Product development and contract manufacturing includes everything from the design and production of a small component to the creation and supply of entire products. In most cases, the customer owns or expects to own the IP in the product designs and workflows, although the customer may need licenses to the manufacturer’s background IP (both during the term and after) to the extent embedded in or used to produce the manufactured products.
In product development and supply outsourcing, the critical message is that payment for deliverables does not by itself transfer ownership or other rights in the work product of the service: rather, a clear and present written assignment is required to secure ownership of IP. Because development may continue into the production phase with product modification or customization, customers must be diligent in exercising upfront leverage to lock in all IP ownership, control, and license rights necessary to ensure a competitive market position and supply continuity.
The tangible nature of contract manufacturing makes patents to those physical products and processes the most obvious IP asset. Prior to making any disclosures to a provider, customers should consider certain statutory bars that may prevent the customer from obtaining patent protection. For example, the on-sale bar prevents an inventor from obtaining a patent if the invention was publicly disclosed or on sale for more than one year prior to the filing date of the patent application. Therefore, to protect an invention, companies must either file for patent protection within one year of the first public disclosure or, preferably, before engaging the provider. It is worth noting that the processes involved in a contract manufacturing engagement might also be protectable by trade secret.
If the product being manufactured requires provider access to sensitive trade secrets and know-how of the customer, a company might consider taking extra precautions in protecting its patentable inventions and trade secrets, such as (1) working with multiple providers on different phases so that no one manufacturer has access to all of the procedural details and (2) specifying in the contract that the provider must follow any listed steps exactly as written and that the finished product must meet the exact specifications to ensure that the provider cannot retroactively claim that it added a sufficiently new element to the process that warrants a claim for inventorship.
The customer should also consider IP related to the manufacturing process, equipment, or tools. The contract should protect and limit the use of process know-how, tools, or other tangible or intangible assets provided by the customer to the provider to support manufacture or supply. Where the provider controls the manufacturing process, the customer may want to consider negotiating upfront a license grant and obligation to transfer know-how and provide transition support in the event that supply is interrupted or transferred for any reason.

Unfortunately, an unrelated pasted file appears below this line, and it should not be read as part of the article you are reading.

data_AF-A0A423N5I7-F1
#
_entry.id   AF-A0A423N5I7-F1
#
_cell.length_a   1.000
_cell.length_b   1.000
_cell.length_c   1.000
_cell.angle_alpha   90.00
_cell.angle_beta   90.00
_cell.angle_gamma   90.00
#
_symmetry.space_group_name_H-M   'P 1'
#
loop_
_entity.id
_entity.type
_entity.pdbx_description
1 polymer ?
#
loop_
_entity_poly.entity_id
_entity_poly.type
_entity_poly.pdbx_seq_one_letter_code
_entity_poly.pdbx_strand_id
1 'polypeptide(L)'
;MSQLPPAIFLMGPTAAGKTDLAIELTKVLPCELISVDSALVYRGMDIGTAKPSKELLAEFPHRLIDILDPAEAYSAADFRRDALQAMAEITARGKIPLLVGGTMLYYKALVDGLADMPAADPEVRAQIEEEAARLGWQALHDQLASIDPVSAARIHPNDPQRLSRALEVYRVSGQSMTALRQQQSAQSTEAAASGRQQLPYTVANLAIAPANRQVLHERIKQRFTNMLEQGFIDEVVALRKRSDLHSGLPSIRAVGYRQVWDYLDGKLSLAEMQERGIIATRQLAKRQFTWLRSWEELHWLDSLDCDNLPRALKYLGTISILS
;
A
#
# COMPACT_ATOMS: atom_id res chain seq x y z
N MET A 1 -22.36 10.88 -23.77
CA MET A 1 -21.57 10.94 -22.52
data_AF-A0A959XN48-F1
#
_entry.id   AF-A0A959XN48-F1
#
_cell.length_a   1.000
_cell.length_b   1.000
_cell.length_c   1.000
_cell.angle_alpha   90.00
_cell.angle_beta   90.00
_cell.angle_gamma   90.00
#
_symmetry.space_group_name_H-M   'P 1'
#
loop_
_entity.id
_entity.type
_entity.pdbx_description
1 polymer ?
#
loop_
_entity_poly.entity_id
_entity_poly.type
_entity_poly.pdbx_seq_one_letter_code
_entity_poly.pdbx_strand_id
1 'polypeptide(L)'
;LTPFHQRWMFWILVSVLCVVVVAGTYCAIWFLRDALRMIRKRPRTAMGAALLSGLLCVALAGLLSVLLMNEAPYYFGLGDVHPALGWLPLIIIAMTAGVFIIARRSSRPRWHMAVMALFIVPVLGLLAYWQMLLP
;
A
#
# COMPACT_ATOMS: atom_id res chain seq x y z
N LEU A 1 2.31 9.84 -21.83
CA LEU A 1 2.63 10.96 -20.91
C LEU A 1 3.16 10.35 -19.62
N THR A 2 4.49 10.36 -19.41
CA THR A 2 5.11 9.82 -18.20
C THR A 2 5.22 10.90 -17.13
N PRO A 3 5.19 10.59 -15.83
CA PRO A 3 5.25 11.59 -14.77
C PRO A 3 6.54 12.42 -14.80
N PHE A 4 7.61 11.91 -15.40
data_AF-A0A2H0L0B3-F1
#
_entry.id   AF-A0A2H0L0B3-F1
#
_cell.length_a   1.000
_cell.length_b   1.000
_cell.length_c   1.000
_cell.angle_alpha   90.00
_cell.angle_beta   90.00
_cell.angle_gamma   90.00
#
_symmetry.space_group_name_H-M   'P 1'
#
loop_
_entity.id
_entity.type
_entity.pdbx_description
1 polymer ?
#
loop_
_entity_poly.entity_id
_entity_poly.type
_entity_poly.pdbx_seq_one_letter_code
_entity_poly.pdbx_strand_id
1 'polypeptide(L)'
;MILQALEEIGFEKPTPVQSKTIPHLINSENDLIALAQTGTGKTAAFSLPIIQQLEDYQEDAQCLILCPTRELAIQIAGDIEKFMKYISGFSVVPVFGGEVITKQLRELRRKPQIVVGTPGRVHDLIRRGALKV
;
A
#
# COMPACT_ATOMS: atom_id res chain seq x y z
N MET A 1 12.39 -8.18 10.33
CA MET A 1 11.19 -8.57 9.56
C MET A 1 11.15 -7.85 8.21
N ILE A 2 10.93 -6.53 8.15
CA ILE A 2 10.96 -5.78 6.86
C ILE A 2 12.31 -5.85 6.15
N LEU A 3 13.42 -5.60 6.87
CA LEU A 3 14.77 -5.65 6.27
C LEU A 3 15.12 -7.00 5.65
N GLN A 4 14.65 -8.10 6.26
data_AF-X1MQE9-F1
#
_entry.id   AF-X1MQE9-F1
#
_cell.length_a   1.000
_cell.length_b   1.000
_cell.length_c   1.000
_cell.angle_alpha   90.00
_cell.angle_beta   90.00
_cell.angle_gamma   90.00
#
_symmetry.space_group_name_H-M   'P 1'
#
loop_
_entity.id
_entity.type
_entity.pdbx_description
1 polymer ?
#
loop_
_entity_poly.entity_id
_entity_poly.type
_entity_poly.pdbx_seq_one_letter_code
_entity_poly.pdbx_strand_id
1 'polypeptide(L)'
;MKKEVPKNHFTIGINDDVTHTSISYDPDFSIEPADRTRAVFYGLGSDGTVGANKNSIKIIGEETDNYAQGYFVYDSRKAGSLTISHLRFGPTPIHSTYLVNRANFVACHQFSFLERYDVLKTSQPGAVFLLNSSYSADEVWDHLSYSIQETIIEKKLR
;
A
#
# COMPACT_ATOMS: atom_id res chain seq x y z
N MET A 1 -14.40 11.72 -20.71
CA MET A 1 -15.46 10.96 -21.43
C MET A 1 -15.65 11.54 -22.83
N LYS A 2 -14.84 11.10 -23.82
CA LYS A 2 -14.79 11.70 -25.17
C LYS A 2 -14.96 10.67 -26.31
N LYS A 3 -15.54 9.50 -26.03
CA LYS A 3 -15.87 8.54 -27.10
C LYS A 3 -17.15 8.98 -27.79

Business process outsourcing (BPO) involves the outsourcing of financial or other “back office” business processes (e.g., accounting, call centers, retail, and human resources) to third-party providers. Companies often opt to outsource certain business processes because it affords them greater operational flexibility, access to innovative technologies and practices, and improved productivity and efficiencies.
BPO transactions often involve the assignment of a customer’s rights and obligations under third-party contracts to the provider. Alternatively, the customer can appoint the provider as its agent for purposes of managing the contract on the customer’s behalf. Either way, the parties must determine whether the counterparty to the contract is entitled to withhold consent. If consent is required, the outsourcing agreement should address each party’s responsibility for obtaining the consent and how a failure to obtain consent will impact service scope, fees, and other terms of the arrangement. If the provider manages the third-party contract on the customer’s behalf, the outsourcing agreement should address the process for designating the provider as the customer’s agent, and provide a clear description of the scope of the agency, as well as covenants requiring the provider to comply with the terms and conditions of the third-party contract and indemnify the customer against liability arising from a claim of breach.
Customers also should carefully consider the scope of licenses given by the provider, including: (1) the duration of the license and any right of the provider to revoke the license; (2) whether the license is exclusive or nonexclusive; (3) whether the license is transferable or sub-licensable; and (4) the restrictions on permitted purposes and/or authorized users. The license should specify which party owns any permitted modifications to or works derived from licensed IP. Continued use of provider IP after termination may be critical to in-sourcing or re-sourcing the services without disruption; if so, the license grant should include post-termination rights and transition support. The customer may grant licenses to allow the provider to use customer or third-party IP solely for the purpose of performing the services. If know-how or trade secrets are licensed, appropriate confidentiality and security obligations must be included in the agreement to ensure that the owner’s rights are protected. Customers also may use the work for hire doctrine under federal copyright law and a present assignment of rights in arising IP to ensure that copyright in developed works vests in the customer.
Software development and maintenance are characterized by ongoing cycles of design, build, bug fixes, updates, and upgrades designed to comply with evolving market demands. Because it is costly for any enterprise to maintain teams that can meet all these needs for every piece of desktop and application software in an organization, outsourcing is common.
Customized software development may implicate IP protections in the form of patents, copyrights, or trade secrets. Since the Supreme Court’s decision in Alice, it has become more difficult (but not impossible) to obtain patents on software or computer-implemented inventions in the United States. Companies seeking copyright protection for source code in the United States must accept that at least some portion of the source code will have to be published and made available to the public during the application process. Many companies opt not to pursue copyright registrations and instead rely on trade secrets to protect their source code and information. In any event, any outsourcing agreement for software development must contain a clear and present assignment of arising IP, appropriate licenses to pre-existing code that may be included in or with the developed software, and strong warranties and representations (backed by equally strong indemnities) of the provider’s authority to make these grants.